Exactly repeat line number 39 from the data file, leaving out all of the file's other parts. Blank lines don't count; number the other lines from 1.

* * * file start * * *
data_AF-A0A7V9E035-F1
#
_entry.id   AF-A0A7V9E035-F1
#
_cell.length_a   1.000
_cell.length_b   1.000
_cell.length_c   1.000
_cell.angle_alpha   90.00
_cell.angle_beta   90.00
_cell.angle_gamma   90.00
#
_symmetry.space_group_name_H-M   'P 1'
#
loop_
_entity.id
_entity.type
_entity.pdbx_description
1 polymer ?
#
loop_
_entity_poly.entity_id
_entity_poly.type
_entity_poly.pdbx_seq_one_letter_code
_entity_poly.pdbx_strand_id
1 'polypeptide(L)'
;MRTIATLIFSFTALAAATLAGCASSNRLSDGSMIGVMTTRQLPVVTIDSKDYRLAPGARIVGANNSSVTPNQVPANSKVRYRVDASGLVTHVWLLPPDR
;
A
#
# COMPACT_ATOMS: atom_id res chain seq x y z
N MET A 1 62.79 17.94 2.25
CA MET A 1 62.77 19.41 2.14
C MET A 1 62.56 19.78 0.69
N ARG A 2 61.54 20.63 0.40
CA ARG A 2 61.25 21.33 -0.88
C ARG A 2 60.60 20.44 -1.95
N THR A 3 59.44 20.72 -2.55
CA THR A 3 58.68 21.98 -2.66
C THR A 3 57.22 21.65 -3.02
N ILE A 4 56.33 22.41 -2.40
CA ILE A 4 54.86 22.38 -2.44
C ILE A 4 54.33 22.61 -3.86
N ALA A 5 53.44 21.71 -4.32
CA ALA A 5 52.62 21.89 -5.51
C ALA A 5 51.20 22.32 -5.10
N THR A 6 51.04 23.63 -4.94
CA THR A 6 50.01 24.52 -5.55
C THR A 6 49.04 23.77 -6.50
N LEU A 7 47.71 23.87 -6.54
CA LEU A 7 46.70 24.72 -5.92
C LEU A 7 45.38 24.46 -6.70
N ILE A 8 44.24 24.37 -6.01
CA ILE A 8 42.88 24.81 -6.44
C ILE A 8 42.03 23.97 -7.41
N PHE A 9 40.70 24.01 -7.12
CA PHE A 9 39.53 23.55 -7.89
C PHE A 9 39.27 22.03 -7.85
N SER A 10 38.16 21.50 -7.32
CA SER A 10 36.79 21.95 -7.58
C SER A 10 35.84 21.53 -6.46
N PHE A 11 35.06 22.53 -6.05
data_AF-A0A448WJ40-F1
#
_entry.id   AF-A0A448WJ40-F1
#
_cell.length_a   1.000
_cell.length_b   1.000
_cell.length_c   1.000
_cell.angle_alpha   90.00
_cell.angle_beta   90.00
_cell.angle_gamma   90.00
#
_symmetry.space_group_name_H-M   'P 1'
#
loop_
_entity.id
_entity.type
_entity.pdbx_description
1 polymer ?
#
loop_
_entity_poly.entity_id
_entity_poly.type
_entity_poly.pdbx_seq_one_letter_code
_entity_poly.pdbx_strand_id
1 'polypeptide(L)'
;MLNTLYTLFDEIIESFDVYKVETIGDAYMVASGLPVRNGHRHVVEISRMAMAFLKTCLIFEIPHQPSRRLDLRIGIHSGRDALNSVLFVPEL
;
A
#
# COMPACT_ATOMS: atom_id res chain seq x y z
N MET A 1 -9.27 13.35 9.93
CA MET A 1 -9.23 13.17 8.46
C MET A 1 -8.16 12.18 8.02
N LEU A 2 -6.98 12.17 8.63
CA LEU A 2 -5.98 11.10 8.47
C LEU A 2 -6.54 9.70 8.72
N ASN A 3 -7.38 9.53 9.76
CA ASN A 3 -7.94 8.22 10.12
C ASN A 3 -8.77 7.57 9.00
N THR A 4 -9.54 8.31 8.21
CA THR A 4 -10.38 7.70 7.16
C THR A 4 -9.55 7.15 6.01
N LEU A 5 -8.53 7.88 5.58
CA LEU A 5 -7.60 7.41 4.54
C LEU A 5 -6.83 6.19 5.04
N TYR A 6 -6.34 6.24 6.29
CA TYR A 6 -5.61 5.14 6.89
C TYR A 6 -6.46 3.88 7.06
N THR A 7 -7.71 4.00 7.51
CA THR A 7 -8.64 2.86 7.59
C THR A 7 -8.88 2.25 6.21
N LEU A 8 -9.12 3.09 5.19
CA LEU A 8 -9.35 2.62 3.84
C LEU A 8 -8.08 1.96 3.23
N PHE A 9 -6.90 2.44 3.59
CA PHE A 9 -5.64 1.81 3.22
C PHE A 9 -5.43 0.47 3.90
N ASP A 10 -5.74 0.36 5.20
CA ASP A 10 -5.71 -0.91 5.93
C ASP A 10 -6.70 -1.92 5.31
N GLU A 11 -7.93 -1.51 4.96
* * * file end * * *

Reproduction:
C THR A 3 57.22 21.65 -3.02